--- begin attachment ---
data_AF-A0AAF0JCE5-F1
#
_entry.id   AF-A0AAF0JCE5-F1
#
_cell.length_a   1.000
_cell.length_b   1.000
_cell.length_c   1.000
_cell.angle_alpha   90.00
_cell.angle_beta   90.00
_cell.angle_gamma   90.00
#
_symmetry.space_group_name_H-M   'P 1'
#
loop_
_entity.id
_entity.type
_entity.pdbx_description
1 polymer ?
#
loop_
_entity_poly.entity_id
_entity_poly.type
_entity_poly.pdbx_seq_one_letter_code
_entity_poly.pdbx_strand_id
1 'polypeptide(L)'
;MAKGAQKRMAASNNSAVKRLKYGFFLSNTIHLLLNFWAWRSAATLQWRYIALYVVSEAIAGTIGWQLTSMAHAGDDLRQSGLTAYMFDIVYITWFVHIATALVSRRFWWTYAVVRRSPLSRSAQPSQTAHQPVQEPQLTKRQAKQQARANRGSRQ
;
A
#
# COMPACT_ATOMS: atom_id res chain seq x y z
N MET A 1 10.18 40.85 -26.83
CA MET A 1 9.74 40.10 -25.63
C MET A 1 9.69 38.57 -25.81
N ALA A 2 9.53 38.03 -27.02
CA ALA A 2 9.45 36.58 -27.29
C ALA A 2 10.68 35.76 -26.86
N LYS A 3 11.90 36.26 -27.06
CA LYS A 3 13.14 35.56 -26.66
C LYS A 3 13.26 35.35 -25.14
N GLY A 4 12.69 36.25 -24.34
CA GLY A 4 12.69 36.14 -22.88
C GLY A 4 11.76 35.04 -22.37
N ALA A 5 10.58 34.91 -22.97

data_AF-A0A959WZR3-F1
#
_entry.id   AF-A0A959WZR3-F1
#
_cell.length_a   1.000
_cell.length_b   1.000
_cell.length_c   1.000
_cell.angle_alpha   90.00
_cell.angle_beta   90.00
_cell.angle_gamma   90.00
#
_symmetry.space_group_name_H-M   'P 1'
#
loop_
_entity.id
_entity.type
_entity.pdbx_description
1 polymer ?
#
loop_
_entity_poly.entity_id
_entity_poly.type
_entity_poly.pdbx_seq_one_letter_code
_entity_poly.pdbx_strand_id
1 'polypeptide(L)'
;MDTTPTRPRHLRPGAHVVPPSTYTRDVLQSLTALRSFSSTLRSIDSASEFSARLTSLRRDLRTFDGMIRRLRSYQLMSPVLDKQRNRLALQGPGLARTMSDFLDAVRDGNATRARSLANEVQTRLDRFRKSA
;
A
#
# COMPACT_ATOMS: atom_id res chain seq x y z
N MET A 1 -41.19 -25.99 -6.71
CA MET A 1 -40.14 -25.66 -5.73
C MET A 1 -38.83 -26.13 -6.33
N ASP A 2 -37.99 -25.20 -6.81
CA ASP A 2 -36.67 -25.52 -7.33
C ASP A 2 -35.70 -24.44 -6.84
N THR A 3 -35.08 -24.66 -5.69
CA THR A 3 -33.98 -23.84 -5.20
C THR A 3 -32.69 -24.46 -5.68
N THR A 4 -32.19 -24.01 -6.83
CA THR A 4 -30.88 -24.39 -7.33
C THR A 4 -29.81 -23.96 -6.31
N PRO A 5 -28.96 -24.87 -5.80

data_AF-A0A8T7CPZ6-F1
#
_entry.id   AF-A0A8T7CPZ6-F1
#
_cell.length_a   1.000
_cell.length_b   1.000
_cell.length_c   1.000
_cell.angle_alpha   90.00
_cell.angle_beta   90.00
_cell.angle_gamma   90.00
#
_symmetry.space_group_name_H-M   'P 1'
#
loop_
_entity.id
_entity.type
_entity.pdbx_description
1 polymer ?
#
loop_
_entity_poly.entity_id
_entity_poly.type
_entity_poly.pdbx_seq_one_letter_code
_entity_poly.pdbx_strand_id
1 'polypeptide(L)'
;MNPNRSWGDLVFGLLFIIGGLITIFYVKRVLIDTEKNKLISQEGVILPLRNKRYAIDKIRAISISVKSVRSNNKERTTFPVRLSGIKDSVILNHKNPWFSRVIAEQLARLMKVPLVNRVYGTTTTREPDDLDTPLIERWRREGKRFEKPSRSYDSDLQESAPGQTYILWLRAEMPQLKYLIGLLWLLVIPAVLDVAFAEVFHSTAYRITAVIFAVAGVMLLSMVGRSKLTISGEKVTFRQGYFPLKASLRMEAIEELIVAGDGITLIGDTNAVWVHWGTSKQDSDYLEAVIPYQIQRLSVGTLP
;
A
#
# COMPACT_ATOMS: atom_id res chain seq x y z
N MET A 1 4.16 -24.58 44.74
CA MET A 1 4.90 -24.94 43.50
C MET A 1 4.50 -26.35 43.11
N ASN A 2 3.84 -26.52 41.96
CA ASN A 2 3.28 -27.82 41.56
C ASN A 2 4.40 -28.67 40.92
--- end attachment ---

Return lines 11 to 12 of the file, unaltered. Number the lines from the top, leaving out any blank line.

#
_symmetry.space_group_name_H-M   'P 1'